No shortage of popular Briard on the market
Q. I have a set of George Briard dishes that are labelled “An Authentic 1825 Reproduction” that I inherited from my aunt. It consists of eight place settings which includes dinner plates, luncheon plates, soup bowls, dessert plates and some serving pieces. Could you tell me anything about it?
A. George Briard ( 1917-2005) was a commercial artist and designer of housewares. His designs were highly geometric with many featuring birds, flowers and abstract designs; many with 22 karat gold. His dishes, glasses and toleware trays were most popular from the 1950’s -1970’s and are now considered “mid-century” classics. They were sold by department stores including Neiman Marcus and Bonwit Teller. Briard also designed the Heritage dinnerware shape for Pfaltzgraff.
The most popular patterns include; Persian Garden, Seascape, Sonata, Coq D’or, Forbidden Fruit (apple motif), Yule Tide (Christmas tree motif), Woodland Melody (bird motif), Fancy Free (hot air balloon motif), and Ambrosia (pineapple motif). The value of Georges Briard pieces depends entirely on the object, pattern and condition. Signed pieces are sought-after by collectors, particularly in the rarer patterns such as Fancy Free but are all very affordable.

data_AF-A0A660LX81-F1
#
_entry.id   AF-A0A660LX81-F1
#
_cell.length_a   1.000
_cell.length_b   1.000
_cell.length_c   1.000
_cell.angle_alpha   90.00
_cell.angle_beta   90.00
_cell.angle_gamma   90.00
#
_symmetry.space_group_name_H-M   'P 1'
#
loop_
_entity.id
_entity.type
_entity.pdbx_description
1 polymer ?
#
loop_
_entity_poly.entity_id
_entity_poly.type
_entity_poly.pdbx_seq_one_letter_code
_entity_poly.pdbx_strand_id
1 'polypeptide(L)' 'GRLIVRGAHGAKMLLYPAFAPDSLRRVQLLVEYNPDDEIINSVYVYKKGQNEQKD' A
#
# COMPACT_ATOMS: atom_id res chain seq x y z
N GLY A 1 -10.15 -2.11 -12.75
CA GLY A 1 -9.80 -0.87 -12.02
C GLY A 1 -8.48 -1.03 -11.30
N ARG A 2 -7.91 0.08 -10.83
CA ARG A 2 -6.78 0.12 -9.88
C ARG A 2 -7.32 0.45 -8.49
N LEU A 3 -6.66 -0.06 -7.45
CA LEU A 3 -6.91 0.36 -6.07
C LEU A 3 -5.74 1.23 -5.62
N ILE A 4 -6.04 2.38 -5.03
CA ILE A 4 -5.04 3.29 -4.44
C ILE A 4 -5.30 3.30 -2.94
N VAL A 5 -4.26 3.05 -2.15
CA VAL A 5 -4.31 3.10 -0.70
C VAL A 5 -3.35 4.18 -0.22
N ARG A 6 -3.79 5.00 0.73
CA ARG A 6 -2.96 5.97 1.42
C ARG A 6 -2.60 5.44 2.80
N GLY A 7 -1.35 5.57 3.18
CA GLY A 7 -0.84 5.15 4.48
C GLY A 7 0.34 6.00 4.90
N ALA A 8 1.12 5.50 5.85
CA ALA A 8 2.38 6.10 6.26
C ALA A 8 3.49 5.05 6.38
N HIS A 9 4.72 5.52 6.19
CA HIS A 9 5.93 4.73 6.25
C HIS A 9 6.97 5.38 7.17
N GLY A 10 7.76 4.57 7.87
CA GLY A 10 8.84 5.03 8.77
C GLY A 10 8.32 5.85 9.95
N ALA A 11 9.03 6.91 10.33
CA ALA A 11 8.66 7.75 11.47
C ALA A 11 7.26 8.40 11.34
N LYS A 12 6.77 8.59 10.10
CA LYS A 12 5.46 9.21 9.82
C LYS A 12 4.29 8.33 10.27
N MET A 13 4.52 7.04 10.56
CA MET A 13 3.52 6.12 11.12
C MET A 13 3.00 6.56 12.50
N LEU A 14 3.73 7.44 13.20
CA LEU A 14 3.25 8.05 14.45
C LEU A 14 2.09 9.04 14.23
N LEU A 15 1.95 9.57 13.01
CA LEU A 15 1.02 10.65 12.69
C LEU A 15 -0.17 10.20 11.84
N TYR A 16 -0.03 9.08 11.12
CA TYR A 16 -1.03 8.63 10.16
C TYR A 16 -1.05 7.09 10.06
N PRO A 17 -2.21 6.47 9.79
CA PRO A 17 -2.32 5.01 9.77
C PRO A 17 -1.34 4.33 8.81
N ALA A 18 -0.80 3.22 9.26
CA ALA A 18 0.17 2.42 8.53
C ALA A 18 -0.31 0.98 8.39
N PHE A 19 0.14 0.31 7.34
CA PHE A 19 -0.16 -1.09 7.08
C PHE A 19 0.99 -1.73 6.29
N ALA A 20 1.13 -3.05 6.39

Because Briard’s pieces were so popular, there is plenty in the marketplace. You neglected to send me a picture so I cannot identify your pattern. There were several that were reproductions of Japanese patterns from circa 1825. Shown is one called “Peony”.
Karen Waterman is a fine art, antique furniture and decorative arts appraiser in the East Bay area and will answer as many questions regarding your “hidden treasures” as possible. By sending an email with a question you give full permission for use in the column. Names, addresses or e-mail will not be published and photos will be returned if requested. Send e-mails (digital photos preferred ) to email@example.com. Send snail mail to Waterman Appraisal and Consulting Services, P.O. Box 134, Barrington, RI 02806.